Volume 12, Number 05, February 1, 2009
This week we open with an update from Editor David Yoon on the latest issue of our print journal, The Asylum. Next, we hear from numismatic literature dealers David Sklow and Bryce Brown. New books profiled this week cover topics including U.S. commemorative coins, matte proof Lincoln cents, and a reprint of a rare pamphlet on the New Orleans Mint.
We also have more information on topics discussed earlier, such as the dead rabbit medal and the Society of Bearded Numismatists. To learn about the earliest U.S. encapsulated coin, read on. Have a great week, everyone!
Numismatic Bibliomania Society
Looks like another great issue is on the way. Remember, while The E-Sylum is free to all, only paid members of the Numismatic Bibliomania Society receive The Asylum. If you're not yet a member, join today. Information on membership is part of every E-Sylum issue (see the Membership block to the right of the table of contents. At only $15 a year, it's a true bargain. What are you waiting for? -Editor
David Sklow submitted this press release about his upcoming sale. -EditorDavid Sklow would like to take this opportunity to gently remind readers that his current mail bid sale of "Fine Numismatic Literature” closes February 7th. Highlights include:
For more information on the sale please see my web site: Finenumismaticbooks.com .
Bids will be accepted by:
USPS Mail @ David Sklow-Fine Numismatic Books, P.O. Box 6321, Colorado Springs, CO. 80934
Email @ firstname.lastname@example.org
Telephone @ (719)-302-5686
Fax @ (719)-302-4933
David forwarded images of a couple lots from the sale. -Editor
Lot 51: Hendriks, Frederick. DECIMAL COINAGE: A PLAN FOR ITS IMMEDIATE EXTENSION IN ENGLAND, IN CONNECTION WITH THE INTERNATIONAL COINAGE OF FRANCE AND OTHER COUNTRIES. Bucklersbury, England. 1866.
In this work, it is proposed to give a brief, but, it is hoped, sufficiently succinct, outline of an enquiry into some interesting questions of the day, relating to:- I- International Coinage, II- The present position of the Decimal system. Includes a brief memorandum of the Parliamentary and public history of the progress of decimalization of the pound sterling 1824-1859.
Lot 254: Dye, John S. BANKING HOUSE OF JOHN S. DYE [DELINEATOR LETTER]. New York. 1854, 8vo, 27 x 21cm. folded. Banking House of John S. Dye, No. 2 Maiden Lane – New York, Sept 4, 1854. (signed) E.B. Spinner Esq. Cashier, Dear Sir- I am making up the second number of the Delineator, which will comprise all the Banks of your State-………very respectfully, yours, John S. Dye. On the back side is written: John S. Dye, Esq. Sept 4th 1854, answered Sept 14th 1854 in Dye‘s hand. Also there is the oval blind stamp of John S. Dye, Banker, New York at top left corner.
I invite all E-Sylum readers to browse through my freshly-updated online numismatic literature price list at Numismatic Literature & Coin Auction Catalogs (home.att.net/~numismatics/wsb/html/view.cgi-home.html-.html) . Many new items have been added this week. Or, contact me via email at email@example.com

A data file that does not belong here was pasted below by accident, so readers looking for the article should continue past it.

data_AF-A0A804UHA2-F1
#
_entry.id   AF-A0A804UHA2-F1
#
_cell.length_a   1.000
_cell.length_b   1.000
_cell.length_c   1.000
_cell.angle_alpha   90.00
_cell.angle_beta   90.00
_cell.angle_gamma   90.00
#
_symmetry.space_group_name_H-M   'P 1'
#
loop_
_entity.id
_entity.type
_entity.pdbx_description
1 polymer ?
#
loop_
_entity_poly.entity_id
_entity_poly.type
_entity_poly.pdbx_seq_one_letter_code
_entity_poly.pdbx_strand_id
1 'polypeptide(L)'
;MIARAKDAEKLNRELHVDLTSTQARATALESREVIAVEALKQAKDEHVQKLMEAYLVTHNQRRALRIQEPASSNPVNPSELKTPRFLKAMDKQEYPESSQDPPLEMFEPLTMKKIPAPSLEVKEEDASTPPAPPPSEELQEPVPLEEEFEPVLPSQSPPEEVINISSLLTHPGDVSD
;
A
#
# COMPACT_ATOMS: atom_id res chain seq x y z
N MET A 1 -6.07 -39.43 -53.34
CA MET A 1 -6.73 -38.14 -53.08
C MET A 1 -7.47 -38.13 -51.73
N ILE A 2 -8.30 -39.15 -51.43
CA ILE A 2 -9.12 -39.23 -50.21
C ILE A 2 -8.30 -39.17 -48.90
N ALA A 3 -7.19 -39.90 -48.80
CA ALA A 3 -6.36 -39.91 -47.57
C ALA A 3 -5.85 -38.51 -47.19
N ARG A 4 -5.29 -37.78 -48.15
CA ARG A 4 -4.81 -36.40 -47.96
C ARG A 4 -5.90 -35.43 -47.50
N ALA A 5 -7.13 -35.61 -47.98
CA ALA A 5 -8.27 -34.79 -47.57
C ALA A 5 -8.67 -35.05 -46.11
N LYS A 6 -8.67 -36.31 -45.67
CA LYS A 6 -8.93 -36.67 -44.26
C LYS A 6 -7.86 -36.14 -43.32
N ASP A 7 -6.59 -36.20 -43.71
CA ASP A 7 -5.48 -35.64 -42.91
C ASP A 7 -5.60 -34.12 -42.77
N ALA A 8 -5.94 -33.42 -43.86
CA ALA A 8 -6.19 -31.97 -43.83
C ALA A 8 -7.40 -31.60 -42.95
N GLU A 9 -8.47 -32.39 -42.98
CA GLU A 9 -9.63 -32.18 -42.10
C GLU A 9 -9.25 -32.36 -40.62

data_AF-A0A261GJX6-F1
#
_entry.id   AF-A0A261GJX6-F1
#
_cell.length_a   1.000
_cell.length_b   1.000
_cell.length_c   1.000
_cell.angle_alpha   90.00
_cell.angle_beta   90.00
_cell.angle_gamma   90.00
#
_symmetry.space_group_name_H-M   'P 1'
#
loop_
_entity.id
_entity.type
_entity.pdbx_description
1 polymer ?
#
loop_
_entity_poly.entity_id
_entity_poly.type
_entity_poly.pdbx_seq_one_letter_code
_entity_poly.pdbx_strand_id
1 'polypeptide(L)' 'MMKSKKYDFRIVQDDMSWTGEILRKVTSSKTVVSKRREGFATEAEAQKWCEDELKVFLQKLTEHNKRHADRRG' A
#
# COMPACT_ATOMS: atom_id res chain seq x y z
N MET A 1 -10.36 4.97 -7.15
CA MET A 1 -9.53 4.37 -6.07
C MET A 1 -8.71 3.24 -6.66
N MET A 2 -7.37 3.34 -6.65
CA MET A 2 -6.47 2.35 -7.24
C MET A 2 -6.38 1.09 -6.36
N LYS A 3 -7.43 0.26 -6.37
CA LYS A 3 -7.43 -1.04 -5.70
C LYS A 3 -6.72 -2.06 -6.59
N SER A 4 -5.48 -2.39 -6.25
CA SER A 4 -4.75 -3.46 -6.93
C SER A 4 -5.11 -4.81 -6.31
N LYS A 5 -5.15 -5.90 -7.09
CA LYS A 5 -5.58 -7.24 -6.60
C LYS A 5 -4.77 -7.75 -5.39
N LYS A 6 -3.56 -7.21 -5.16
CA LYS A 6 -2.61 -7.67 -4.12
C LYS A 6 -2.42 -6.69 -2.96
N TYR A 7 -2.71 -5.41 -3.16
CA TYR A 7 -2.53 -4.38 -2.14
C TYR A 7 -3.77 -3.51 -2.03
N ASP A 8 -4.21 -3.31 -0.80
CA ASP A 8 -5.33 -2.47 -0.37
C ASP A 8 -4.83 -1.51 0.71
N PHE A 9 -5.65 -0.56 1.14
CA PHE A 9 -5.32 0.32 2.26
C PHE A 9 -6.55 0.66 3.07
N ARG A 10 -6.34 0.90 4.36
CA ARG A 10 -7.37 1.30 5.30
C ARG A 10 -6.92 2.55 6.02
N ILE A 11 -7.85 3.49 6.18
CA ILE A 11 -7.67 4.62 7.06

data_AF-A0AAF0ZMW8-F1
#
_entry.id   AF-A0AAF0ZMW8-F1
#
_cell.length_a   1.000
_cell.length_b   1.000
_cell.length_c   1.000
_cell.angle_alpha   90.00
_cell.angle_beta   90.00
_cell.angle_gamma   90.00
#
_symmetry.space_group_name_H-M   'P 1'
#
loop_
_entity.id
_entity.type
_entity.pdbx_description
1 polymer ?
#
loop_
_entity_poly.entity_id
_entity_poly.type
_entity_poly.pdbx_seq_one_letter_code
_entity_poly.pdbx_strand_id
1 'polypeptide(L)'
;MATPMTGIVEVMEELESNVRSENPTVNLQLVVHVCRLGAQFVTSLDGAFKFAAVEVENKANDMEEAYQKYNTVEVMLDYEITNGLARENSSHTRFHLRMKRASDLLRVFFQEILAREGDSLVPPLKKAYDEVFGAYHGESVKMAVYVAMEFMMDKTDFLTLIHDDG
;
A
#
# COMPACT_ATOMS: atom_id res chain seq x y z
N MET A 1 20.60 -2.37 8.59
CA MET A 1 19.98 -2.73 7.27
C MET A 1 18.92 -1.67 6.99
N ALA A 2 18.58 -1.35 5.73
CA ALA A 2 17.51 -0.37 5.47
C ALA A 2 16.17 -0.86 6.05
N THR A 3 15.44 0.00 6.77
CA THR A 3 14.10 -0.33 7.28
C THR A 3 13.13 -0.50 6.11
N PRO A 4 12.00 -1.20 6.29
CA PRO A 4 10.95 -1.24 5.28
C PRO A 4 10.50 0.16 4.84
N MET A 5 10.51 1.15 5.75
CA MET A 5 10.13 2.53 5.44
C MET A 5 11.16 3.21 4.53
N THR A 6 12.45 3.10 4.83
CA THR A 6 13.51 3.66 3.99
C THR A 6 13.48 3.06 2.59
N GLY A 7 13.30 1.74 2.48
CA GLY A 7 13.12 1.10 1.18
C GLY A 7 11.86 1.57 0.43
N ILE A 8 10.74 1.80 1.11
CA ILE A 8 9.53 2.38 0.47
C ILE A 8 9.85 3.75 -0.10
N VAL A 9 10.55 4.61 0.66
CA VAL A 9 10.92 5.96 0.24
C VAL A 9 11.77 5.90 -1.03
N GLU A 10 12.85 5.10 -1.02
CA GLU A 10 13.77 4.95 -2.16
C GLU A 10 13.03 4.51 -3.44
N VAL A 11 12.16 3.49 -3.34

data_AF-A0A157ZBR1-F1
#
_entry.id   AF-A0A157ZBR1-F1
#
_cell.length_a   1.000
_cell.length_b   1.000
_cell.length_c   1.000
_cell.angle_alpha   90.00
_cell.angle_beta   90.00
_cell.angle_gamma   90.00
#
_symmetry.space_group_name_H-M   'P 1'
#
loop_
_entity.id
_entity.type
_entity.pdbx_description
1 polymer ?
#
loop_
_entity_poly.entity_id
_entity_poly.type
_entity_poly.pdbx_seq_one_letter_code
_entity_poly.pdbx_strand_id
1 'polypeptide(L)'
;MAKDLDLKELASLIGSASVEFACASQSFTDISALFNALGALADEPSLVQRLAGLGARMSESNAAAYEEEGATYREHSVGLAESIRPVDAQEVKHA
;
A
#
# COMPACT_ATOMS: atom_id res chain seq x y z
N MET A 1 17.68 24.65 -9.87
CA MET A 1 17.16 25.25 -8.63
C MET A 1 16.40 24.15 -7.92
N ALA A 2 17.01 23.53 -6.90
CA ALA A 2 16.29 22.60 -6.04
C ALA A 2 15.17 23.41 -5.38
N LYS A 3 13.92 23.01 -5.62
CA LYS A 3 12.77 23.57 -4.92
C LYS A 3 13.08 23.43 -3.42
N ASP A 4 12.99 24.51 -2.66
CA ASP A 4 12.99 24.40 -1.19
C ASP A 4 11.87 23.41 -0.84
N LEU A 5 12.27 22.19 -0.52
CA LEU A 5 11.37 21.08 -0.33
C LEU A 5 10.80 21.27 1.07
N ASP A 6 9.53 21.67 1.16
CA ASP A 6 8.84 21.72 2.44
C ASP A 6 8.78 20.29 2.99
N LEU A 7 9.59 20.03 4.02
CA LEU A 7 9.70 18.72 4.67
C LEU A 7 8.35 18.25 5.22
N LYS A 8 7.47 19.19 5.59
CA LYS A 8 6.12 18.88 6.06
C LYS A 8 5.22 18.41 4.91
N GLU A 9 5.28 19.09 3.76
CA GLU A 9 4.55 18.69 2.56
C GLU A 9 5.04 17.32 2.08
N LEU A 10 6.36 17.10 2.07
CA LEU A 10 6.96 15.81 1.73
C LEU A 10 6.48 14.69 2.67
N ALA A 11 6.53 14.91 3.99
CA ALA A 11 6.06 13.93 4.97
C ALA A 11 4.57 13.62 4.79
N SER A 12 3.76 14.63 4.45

Kevin Flynn forwarded this press release about his latest book, The Authoritative Reference on Commemorative Coins, 1892-1954. -EditorThe Commemorative Coin book titled “The Authoritative Reference on Commemorative Coins, 1892-1954” by Kevin Flynn is now available. This book is being published by Kyle Vick, 1570 Holcomb Road, Suite 120, Roswell, GA, 30076, and is 360 pages, 8 ½ by 11, and contains hundreds of photographs. Retail is $39.95.
The primary objective of this book is to present a detailed historical account surrounding the images used on commemorative coins struck between 1892 and 1954. These images are history frozen in time; a story told through the hands of a sculptor. They represent an important and powerful part of their lure. Understanding the background and symbolism increases the enjoyment in collecting them.
Included for each commemorative coin is a description of the design, historical facts related to the images, origin of the coin, the striking characteristics and wear points, distribution, any information regarding proofs, general comments, values, Heritage auction prices realized, certified population from PCGS and NGC.
Also included from the Annual Mint Reports for many of the commemoratives is a general description of the designs used, number of coins struck during the calendar year and fiscal years, and for some series the number of dies used is given. Also included are detailed photographs for many doubled dies and RPMs, some of which have never been presented before.
The secondary objective was to present all Mint and National Archive documents related to commemorative coins. These documents represent the facts presented by those who created our history and were responsible for making the decisions. For commemorative coins, National Archives records are primarily up through 1904 with some records up through 1920.